Christian College and University Accreditation
Accreditation is a form of independent, professional certification that focuses on schools and programs in a particular field. Accreditation of Christian colleges therefore assures you and your parents that the school adheres to high quality standards.
Accreditation in the US takes place at different levels. On one level, governmental and other agencies govern and recognize the accrediting bodies. For instance, the US Department of Education, the Council for Higher Education Association (CHEA) and the Association of Specialized and Professional Accreditors (ASPA) grant power to associations that oversee accreditation at the regional, institutional or program level.
When assessing quality, you can also look at whether a school or program has any memberships in, or endorsements by, discipline-specific professional associations which reflect certain standards of quality, but this is not the same as official accreditation.
Accrediting Agencies for Christian Universities and Colleges
Transnational Association of Christian Colleges and Schools (TRACS)
Location: Forest, Virginia
Scope: Provides voluntary accreditation for Christian institutions, colleges, universities, and seminaries in the US offering associate, baccalaureate, and graduate degrees.
Association for Biblical Higher Education (ABHE)
Location: Orlando, Florida
Scope: Provides voluntary accreditation of postsecondary institutions throughout North America specializing in biblical ministry formation and professional leadership education.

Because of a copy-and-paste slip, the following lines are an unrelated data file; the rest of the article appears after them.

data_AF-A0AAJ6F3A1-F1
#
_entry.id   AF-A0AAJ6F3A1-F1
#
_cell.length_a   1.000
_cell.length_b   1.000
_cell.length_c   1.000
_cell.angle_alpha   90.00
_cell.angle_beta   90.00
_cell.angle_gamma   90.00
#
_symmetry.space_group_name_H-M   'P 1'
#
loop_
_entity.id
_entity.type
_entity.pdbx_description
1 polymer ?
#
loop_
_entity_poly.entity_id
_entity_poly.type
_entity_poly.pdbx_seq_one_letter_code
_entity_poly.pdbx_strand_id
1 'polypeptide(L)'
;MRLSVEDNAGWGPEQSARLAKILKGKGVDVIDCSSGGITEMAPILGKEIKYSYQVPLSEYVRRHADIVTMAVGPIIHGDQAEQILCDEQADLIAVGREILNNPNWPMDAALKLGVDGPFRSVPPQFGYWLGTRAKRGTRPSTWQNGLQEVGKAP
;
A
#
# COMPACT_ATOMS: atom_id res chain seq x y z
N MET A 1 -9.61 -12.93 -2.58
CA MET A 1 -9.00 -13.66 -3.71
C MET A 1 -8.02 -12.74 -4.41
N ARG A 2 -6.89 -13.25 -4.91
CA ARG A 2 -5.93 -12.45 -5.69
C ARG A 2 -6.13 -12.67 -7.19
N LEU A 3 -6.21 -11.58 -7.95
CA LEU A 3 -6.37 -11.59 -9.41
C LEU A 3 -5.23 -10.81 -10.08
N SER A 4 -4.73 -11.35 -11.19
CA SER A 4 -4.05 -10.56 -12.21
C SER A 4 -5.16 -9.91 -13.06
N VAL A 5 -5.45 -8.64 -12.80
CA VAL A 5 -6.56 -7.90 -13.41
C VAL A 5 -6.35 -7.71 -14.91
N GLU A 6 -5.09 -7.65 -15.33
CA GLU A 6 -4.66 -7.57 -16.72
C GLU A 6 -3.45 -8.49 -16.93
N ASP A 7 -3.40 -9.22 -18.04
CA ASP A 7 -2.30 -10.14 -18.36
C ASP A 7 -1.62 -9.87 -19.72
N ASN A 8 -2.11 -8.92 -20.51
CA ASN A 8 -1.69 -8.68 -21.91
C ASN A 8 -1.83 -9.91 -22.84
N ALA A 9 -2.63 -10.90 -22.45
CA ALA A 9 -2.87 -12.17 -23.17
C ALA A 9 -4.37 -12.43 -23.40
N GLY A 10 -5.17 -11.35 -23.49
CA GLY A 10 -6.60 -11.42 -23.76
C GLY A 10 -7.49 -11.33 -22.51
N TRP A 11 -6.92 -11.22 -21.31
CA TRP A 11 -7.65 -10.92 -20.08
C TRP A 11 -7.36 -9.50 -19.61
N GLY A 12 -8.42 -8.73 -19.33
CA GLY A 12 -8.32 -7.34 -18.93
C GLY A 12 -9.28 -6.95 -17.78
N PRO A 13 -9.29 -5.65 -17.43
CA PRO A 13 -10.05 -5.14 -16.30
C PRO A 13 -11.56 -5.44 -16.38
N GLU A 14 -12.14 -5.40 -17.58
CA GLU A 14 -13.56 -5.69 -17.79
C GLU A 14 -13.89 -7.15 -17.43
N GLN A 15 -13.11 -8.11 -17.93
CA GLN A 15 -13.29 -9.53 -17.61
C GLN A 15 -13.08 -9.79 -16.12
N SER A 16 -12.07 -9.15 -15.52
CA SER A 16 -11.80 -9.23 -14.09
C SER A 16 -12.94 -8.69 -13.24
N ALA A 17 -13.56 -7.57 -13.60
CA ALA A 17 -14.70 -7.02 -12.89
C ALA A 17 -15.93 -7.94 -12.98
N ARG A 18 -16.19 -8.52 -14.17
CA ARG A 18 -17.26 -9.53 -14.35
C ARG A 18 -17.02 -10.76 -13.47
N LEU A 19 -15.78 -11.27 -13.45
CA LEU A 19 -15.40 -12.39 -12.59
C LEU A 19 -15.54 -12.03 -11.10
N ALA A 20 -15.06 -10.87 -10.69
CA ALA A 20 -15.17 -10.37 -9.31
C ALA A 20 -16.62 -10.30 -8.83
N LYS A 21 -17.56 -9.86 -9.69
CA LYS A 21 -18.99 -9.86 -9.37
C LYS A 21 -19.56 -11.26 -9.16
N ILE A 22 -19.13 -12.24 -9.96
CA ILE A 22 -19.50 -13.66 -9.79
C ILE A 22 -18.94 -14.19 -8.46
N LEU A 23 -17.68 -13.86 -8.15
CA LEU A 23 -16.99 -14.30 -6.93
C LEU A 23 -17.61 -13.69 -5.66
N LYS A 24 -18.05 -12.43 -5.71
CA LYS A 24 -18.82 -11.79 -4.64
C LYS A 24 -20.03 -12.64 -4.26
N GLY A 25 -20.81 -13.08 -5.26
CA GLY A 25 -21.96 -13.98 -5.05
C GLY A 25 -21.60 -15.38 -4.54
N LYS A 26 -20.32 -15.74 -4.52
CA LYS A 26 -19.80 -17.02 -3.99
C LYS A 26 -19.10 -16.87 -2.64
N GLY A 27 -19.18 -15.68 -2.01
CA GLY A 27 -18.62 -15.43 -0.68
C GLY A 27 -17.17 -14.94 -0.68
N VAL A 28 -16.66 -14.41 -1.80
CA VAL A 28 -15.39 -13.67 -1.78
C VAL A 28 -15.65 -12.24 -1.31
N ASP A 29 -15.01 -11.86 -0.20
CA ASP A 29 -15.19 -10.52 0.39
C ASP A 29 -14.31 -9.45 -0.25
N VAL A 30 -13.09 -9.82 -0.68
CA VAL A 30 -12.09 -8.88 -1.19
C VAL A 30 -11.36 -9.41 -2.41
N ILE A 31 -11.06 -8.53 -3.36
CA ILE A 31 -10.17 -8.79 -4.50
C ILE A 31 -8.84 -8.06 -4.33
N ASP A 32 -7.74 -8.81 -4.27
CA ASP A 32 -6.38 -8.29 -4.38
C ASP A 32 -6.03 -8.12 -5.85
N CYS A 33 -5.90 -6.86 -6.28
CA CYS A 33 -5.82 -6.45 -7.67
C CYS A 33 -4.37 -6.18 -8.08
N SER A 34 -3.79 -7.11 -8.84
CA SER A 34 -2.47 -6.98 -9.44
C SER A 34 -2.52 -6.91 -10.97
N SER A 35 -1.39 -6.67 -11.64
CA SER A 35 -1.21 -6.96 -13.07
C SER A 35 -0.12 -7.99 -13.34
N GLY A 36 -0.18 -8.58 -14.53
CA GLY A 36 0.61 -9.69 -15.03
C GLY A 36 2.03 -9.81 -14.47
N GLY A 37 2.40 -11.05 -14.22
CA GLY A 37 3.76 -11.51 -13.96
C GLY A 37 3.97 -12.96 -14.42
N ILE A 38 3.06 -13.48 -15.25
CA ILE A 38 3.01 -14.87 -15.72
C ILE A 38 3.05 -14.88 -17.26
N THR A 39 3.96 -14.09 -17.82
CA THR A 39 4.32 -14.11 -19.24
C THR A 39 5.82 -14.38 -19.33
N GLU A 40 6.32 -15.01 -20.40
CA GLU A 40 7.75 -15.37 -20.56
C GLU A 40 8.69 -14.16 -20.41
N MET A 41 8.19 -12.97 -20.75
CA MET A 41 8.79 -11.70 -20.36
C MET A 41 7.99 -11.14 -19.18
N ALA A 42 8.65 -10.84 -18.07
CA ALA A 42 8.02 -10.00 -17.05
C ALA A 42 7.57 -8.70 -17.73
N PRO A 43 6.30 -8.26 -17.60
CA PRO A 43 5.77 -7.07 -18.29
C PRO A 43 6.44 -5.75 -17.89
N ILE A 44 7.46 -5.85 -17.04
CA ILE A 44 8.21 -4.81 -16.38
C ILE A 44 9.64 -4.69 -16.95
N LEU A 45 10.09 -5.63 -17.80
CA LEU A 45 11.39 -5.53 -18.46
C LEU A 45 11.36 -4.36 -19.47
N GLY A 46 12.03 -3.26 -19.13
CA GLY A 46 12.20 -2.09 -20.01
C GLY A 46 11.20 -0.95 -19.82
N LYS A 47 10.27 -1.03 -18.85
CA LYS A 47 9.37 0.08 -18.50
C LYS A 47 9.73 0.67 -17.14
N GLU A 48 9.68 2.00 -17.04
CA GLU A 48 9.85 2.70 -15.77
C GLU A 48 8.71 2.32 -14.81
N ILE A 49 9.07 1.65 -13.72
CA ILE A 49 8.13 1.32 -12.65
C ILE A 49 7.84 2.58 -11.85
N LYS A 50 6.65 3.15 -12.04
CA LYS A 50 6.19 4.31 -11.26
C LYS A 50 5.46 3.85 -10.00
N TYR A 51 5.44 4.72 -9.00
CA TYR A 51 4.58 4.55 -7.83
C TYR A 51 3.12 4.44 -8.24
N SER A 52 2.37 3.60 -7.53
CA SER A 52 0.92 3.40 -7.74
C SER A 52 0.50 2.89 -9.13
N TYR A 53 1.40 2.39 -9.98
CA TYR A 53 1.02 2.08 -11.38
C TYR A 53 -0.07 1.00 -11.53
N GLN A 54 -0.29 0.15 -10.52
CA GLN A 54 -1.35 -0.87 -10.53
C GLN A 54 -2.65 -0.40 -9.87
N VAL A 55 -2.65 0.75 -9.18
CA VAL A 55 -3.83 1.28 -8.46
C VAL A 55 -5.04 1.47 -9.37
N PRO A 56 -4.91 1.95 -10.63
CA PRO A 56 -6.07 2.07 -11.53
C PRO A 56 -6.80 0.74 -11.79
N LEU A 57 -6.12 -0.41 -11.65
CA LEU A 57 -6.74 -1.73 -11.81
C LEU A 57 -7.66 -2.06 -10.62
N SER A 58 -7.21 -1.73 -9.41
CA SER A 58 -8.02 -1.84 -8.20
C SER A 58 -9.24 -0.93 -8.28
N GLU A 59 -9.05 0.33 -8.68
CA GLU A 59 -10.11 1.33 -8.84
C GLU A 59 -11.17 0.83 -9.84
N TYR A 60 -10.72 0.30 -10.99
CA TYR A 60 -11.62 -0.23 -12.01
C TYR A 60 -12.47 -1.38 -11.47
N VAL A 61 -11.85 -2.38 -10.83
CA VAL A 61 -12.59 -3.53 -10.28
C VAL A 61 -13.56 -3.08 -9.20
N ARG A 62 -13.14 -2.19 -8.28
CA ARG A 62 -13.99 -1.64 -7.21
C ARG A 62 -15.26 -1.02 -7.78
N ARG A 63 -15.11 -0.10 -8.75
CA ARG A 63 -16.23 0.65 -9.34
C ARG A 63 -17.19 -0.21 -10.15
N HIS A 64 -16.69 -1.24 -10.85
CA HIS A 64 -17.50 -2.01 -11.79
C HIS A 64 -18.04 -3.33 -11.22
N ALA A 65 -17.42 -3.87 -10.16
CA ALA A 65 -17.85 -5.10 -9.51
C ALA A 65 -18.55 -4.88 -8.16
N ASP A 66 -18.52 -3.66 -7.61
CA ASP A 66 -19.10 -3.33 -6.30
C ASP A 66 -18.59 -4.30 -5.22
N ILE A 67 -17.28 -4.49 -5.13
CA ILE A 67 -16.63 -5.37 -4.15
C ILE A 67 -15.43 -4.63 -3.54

Association of Theological Schools in the US and Canada (ATS)
Location: Pittsburgh, Pennsylvania
Scope: Accredits post-baccalaureate degree programs in professional and academic theological study in the US and Canada.
The goal of accreditation is to ensure that education provided by institutions of higher education meets acceptable levels of quality. Accrediting agencies have no legal control over institutions or programs; they promote certain standards and approve or renew membership of institutions that apply and meet the accreditation standards or criteria. Certain licensing programs may require that you've been through a course of study with specialized accreditation, because it ensures that you have been taught by faculty qualified to teach in that field. The US Secretary of Education and CHEA each maintain and publish a list of nationally recognized accrediting agencies, and most institutions attain eligibility for Federal funds by holding accredited or pre-accredited status with one of the recognized accrediting agencies.
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